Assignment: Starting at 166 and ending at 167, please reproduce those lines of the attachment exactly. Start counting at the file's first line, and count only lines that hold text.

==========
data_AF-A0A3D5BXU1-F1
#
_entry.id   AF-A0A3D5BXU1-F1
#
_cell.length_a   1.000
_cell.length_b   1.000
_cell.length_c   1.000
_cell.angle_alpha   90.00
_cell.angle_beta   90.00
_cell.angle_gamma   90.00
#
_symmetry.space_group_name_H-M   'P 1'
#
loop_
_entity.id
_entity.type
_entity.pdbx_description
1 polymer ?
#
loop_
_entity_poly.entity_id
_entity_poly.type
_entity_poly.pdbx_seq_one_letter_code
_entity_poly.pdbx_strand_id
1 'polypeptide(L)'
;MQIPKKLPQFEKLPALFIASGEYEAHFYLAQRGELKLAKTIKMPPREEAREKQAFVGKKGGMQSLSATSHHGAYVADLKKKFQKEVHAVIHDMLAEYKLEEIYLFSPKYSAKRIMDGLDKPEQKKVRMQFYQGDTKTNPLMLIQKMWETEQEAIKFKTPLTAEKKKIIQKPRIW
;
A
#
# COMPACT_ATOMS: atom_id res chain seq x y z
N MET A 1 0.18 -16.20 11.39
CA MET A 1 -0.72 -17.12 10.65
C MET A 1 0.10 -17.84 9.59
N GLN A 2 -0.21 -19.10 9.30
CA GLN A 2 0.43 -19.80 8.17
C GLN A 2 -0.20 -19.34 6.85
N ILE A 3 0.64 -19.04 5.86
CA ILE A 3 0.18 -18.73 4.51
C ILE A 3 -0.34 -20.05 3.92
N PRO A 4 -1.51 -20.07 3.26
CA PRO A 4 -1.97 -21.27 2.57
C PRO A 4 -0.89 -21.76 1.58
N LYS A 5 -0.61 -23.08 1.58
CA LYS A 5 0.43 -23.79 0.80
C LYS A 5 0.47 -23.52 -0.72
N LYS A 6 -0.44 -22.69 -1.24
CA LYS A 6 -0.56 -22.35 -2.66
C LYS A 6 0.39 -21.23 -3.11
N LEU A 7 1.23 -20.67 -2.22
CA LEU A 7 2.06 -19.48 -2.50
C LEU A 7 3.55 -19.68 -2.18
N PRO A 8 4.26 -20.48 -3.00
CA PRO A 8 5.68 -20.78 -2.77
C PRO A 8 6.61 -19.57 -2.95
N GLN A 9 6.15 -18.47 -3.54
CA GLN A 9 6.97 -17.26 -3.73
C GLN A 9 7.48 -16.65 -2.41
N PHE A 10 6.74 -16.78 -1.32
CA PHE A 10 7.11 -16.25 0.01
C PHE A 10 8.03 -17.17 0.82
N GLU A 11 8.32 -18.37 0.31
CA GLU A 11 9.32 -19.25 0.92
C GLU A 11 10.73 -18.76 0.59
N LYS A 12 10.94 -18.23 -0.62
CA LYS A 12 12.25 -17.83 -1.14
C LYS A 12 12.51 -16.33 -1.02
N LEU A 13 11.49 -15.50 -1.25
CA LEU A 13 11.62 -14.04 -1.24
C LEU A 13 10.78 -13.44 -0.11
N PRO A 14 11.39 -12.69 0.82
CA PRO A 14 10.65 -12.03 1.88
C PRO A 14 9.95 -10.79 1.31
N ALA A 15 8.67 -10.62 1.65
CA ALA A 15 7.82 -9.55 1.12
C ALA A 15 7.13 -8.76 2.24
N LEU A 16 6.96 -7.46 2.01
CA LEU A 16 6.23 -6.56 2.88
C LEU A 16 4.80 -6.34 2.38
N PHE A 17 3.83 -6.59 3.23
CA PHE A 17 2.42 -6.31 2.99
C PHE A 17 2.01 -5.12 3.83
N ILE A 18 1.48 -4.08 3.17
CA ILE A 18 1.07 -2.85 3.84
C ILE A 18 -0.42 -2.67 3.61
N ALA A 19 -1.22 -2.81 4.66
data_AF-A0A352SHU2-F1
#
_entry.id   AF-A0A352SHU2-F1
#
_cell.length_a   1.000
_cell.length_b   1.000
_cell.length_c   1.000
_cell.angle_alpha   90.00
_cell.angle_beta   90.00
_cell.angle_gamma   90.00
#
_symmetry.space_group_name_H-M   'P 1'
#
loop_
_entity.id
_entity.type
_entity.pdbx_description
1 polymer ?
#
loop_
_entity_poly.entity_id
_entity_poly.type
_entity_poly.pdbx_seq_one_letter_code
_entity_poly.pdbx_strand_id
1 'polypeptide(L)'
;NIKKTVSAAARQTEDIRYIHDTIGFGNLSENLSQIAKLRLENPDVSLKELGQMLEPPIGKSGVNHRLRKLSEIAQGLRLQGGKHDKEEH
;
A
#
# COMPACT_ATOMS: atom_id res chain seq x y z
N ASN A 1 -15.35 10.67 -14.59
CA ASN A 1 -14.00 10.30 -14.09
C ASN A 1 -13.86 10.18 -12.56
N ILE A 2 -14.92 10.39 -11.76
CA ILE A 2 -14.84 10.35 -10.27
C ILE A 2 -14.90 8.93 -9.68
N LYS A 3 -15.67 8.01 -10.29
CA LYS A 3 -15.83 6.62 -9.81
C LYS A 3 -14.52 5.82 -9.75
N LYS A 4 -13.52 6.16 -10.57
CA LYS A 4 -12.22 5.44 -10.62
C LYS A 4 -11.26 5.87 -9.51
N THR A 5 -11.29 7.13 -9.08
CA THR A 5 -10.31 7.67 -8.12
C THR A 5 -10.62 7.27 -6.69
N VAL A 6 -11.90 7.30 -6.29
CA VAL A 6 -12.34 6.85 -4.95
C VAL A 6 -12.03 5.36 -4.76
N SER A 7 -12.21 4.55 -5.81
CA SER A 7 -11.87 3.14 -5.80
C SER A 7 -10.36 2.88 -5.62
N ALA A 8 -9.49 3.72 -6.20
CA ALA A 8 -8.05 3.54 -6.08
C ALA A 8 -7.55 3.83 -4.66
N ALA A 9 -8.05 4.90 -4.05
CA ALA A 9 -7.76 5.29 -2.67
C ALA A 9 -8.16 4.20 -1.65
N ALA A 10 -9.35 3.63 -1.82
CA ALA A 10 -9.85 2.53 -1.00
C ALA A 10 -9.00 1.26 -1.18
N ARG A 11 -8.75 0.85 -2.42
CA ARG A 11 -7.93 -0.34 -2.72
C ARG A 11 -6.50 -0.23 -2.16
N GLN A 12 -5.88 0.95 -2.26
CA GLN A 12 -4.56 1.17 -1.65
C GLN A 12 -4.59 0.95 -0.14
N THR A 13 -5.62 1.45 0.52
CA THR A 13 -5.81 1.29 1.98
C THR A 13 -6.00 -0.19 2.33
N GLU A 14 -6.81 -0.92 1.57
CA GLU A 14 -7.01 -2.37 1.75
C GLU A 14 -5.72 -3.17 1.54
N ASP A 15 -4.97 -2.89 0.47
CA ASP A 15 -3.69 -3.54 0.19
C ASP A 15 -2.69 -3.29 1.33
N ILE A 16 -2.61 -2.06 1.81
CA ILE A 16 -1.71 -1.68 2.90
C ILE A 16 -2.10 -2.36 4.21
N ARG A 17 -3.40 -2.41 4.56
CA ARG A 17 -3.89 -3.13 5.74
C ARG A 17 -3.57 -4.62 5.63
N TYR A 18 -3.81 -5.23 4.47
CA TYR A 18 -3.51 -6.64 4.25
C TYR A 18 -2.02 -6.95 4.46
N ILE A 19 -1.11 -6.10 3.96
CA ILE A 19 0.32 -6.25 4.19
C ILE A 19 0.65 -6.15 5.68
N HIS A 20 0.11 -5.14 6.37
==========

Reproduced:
C ARG A 17 -3.57 -4.62 5.63
N TYR A 18 -3.81 -5.23 4.47